This is the power of the grace of Jesus Christ. If He gets a hold of you, you cannot continue to live comfortably in a life marred by sin. Sadly- the gospel has become lost in incorrect theology that says we must prove, earn, or work toward salvation. OR we learn the gospel I learned, yes you are saved by grace. But you sure better work really hard to prove to Jesus you deserved it and to prove to others you are really saved… after all, what if you think you are saved but you’re not?  After studying the gospel for myself I have discovered the only things I HAVE to do is believe that Jesus died on the cross to take away the sin and shame I inherited from the garden of Eden and act on in my life, read my Bible for nourishment and growth, pray to my God to deepen my relationship, and love others. That is what Jesus has commanded. In doing these, I will exhibit fruit. Here is the passage I mentioned before my soap box:

“For you were called to freedom, brothers and sisters; only do not use your freedom as an opportunity to indulge your flesh, but through love serve one another. For the whole law can be summed up in a single commandment, namely, “YOU MUST LOVE YOUR NEIGHBOR AS YOURSELF.” However, if you continually bite and devout one another, beware that you are not consumed by one another. But I say, live by the Spirit and you will not carry out the desires of the flesh. For the flesh has desires that are opposed to the Spirit, and the Spirit has desires that are opposed to the flesh, for these are in opposition to each other, so that you cannot do what you want.  But if you are led by the Spirit, you are not under the law. Now the works of the flesh are obvious: sexual immorality, impurity, depravity, idolatry, sorcery, hostilities, strife, jealousy, outbursts of anger, selfish rivalries, dissensions, factions, envying, murder, drunkenness, carousing and similar things. I am warning you, as I had warned you before: Those who practice such things will not inherit the kingdom of God! But the fruit of the Spirit is love, joy, peace, patience, kindness, goodness, faithfulness, gentleness, and self-control. Against such things there is no law. Now those who belong to Christ have crucified the flesh with its passions and desires. If we live by the Spirit let us also behave in accordance to the Spirit. Let us not become conceited, provoking one another, being jealous of one another.” Galatians 5:13-26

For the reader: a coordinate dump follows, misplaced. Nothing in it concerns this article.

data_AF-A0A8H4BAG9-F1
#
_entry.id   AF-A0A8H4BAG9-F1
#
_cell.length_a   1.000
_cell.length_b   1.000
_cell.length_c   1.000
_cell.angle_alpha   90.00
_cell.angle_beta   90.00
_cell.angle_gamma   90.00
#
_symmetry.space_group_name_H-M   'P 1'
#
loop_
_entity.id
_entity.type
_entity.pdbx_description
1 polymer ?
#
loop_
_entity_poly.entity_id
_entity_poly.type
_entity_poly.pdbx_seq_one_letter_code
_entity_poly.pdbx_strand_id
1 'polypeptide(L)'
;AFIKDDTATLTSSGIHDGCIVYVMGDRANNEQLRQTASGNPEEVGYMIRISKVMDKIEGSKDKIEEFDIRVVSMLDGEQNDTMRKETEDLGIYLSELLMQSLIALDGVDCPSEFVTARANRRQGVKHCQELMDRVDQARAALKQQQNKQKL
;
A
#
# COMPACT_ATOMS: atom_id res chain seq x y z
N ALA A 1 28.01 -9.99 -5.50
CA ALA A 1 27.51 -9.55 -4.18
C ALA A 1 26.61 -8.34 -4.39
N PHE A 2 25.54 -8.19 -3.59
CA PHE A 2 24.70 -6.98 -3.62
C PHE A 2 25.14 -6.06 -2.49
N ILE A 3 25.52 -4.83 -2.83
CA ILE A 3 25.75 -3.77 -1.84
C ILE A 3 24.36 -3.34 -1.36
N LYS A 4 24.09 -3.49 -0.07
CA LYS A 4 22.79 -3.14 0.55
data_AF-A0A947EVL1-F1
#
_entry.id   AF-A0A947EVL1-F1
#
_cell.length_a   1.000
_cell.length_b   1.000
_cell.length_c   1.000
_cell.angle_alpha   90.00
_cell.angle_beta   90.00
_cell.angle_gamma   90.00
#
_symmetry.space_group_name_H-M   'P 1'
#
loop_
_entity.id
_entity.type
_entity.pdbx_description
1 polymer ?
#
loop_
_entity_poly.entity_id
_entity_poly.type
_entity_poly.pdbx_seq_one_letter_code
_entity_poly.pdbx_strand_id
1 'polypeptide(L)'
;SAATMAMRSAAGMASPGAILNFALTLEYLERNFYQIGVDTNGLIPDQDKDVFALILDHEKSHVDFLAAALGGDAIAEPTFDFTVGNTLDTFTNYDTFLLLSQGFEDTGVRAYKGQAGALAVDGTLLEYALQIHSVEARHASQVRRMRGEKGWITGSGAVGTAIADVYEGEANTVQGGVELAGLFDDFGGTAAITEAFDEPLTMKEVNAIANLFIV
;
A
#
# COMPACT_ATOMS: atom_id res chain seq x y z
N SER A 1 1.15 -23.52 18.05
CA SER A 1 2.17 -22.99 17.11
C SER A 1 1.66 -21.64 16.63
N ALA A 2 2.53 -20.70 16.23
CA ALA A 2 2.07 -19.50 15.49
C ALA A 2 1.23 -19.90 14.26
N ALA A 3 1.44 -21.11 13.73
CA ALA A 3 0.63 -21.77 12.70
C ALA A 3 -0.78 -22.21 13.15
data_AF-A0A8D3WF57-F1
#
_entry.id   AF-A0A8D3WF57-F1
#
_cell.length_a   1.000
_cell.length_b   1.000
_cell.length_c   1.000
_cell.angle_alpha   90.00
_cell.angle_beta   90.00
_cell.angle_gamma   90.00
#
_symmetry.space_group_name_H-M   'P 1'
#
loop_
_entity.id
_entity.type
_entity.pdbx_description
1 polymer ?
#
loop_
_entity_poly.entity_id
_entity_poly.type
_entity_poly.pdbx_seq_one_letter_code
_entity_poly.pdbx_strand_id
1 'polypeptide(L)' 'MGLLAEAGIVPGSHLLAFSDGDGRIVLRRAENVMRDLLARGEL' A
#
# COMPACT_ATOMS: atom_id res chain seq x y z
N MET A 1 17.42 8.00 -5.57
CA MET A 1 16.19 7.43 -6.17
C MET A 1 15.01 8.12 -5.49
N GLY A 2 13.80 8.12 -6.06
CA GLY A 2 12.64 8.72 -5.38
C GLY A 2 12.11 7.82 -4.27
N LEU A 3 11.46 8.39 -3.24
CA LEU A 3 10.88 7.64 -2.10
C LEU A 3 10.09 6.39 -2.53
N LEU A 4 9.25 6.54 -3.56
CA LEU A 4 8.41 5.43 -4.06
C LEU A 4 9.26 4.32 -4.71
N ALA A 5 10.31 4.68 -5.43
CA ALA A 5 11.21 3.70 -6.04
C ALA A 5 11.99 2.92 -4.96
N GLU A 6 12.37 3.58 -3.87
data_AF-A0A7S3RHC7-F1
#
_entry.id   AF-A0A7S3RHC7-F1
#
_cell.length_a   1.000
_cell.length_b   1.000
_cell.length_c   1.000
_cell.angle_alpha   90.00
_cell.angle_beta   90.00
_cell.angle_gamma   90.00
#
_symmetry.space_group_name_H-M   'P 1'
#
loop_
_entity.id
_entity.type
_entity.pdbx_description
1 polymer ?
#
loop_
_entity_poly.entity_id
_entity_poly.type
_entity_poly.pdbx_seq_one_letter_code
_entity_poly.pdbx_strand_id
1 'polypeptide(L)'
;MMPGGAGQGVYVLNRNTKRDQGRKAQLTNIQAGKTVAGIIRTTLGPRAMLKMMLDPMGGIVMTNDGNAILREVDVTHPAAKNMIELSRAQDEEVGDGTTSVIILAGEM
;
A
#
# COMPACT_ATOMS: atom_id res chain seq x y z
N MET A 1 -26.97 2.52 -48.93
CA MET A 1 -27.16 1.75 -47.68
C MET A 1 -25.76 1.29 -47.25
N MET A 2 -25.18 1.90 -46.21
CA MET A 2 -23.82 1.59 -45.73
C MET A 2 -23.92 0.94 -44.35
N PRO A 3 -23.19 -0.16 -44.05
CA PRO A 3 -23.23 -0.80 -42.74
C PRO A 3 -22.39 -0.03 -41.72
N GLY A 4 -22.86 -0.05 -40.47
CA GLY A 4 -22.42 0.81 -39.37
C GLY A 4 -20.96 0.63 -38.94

In this passage, Flesh is the fallen human nature; selfish, self-focused, indulgent and prideful. To live according to the flesh is to live according to one’s own self-focused and prideful nature. To live in the Spirit is to be guided by the Holy Spirit, to allow for conviction to guide our decision-making and to obey the will of God over our own. Directly following the phrase, “do not use your freedom as an opportunity to indulge your flesh” is the statement “BUT (or instead) through love serve one another.” In this day and age, the lines between flesh and spirit have become blurred, as Christians with good intentions neglect the Spirit’s production of peace, kindness, love, gentleness and self-control, and instead give into hostilities, strife, outbursts of anger, and dissensions… all in the name of “truth” or calling sin, sin. There is no distinction between sin in the eyes of God. We can see anger and envy is in the same verse as sexual immorality and impurity.  It is all according to the flesh.  But here’s the thing, we were called to freedom. Not through our own actions (which result in fleshly behavior), but through the work of Jesus in our lives through the Holy Spirit. The bible doesn’t say the fruit of “those who try really hard” or of “those who are morally superior” is good. It says the fruit of the Spirit- against such things there is no law.

We Christians often see ourselves as Gospel gate-keepers, responsible for assuring those who are too sinful are called out and kept at bay, but this is prideful and misguided. We are not the gatekeepers, we are the ones who are responsible for bringing others to the gate.  Jesus is the one who lets them in. “I am the way, the truth and the life. NO ONE comes to the Father except through me.” (John 14:6) Galatians says that those who live according to the flesh will not inherit the kingdom, it is a fact that is set in stone so the pressure is off of us to criticize, spew hateful rhetoric and vitriol- God will take care of those who do not respond to the Spirit’s work. Our job is to show them the Spirit, lead them to Jesus, meet them where they are with compassion and love, just as He did, and ask them what they know about Him. Maybe if we stop worrying so much about behavior and worry more about ensuring people feel safe enough to talk to us or come to us with questions, or to answer ours, we may spend more of our time-sharing the grace of Christ and letting it do the work. “Lead me to the Cross”- what a wonderful line.